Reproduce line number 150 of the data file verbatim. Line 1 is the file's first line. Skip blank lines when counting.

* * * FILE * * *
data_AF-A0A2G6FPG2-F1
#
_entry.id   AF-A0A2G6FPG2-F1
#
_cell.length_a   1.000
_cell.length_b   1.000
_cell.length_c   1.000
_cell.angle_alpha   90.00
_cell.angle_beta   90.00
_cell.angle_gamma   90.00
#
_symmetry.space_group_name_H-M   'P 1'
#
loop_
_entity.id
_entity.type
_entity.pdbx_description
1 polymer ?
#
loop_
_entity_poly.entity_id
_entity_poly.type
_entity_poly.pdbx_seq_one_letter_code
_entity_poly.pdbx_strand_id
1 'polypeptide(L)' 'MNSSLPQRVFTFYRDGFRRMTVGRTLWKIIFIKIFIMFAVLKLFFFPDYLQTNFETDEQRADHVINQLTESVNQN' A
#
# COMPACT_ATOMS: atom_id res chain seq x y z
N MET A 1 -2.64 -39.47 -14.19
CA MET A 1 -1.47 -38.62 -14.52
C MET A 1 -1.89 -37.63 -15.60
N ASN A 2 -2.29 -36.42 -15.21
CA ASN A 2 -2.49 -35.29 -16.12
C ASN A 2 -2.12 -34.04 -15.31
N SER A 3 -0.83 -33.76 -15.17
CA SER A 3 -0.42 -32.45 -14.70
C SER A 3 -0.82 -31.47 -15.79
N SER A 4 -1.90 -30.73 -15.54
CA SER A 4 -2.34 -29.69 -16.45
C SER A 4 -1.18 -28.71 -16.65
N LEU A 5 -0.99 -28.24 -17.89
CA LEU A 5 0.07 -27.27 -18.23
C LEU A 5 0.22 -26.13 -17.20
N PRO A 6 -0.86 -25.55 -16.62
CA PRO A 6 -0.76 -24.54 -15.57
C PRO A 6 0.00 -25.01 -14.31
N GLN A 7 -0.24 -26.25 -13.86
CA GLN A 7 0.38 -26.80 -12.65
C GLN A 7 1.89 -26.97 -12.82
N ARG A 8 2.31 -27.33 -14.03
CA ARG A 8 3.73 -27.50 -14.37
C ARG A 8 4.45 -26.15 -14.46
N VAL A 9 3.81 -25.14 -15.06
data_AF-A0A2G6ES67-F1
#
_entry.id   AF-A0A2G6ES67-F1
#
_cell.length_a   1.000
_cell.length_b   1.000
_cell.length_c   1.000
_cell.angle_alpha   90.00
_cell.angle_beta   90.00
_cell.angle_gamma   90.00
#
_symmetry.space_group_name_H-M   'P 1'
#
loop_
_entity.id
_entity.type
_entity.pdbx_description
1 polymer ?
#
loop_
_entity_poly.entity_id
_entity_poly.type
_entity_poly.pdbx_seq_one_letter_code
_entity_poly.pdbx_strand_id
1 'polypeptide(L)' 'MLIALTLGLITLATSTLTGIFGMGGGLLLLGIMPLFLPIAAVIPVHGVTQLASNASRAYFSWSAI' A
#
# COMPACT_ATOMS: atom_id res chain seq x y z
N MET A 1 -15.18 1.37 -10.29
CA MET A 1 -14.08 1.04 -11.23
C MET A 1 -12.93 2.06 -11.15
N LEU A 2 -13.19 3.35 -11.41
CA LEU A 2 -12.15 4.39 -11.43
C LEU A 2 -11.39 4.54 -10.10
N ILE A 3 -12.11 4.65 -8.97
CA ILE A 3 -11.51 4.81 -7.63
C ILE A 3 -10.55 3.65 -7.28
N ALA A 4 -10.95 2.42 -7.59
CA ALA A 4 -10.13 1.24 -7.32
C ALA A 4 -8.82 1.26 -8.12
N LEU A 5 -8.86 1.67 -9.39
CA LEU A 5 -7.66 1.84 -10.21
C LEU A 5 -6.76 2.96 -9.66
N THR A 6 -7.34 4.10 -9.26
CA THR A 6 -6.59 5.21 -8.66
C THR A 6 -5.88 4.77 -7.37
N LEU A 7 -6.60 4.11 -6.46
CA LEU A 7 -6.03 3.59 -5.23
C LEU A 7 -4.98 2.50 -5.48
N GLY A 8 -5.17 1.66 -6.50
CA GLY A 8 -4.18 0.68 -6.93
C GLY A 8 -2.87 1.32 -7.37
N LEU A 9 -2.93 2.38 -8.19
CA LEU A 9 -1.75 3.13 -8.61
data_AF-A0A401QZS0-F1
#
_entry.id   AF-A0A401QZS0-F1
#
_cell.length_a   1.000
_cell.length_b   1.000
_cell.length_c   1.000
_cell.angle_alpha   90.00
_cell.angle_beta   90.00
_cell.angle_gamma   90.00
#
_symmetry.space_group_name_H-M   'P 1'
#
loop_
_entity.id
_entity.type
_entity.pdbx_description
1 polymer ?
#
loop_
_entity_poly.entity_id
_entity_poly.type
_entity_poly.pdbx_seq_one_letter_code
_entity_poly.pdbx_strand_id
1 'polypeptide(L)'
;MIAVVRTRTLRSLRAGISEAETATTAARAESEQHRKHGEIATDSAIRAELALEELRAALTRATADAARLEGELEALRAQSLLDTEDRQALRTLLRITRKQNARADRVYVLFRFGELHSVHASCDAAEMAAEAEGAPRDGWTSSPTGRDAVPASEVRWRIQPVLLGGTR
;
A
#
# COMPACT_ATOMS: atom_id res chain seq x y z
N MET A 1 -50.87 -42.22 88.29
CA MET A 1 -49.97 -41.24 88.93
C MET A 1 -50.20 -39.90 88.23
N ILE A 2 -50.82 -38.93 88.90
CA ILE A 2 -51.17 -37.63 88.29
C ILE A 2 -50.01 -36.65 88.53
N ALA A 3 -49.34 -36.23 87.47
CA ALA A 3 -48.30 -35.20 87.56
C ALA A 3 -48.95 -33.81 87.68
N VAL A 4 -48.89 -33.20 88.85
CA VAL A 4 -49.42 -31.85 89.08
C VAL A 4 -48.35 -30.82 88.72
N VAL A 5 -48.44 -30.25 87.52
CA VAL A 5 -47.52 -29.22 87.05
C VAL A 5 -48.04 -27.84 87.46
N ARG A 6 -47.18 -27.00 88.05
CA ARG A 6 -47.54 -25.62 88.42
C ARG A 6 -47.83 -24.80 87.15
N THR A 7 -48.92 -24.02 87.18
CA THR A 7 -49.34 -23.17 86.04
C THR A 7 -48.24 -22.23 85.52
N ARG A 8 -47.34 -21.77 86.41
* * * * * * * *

C VAL A 5 -48.04 -27.84 87.46